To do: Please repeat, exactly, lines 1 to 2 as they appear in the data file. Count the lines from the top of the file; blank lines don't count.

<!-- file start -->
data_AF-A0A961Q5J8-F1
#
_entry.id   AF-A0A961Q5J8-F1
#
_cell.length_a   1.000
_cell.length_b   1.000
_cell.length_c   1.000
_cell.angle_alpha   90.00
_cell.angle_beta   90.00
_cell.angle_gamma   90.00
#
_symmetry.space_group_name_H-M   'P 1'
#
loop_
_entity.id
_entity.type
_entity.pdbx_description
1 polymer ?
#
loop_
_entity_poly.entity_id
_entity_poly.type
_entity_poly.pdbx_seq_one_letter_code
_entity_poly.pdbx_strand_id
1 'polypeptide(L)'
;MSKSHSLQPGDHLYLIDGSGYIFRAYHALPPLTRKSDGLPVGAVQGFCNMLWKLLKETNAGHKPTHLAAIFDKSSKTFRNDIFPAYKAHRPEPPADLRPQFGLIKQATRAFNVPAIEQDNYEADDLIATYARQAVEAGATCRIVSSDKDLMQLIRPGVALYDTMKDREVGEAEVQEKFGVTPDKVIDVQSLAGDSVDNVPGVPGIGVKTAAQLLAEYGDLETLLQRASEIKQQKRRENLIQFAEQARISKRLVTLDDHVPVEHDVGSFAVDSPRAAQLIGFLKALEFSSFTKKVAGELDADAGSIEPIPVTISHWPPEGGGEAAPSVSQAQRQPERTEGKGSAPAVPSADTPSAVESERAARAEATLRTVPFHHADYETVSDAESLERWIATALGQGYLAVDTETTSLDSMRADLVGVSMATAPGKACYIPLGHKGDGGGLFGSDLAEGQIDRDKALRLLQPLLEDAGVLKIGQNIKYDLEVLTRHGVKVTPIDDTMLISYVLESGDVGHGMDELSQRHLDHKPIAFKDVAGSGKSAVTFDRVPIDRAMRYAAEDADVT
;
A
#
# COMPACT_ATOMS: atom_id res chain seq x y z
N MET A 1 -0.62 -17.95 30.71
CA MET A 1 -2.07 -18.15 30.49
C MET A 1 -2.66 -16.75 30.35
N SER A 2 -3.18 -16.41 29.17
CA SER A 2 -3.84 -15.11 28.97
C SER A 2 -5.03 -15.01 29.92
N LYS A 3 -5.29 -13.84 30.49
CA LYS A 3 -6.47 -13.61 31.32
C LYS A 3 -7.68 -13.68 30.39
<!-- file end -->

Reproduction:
data_AF-A0A961Q5J8-F1
#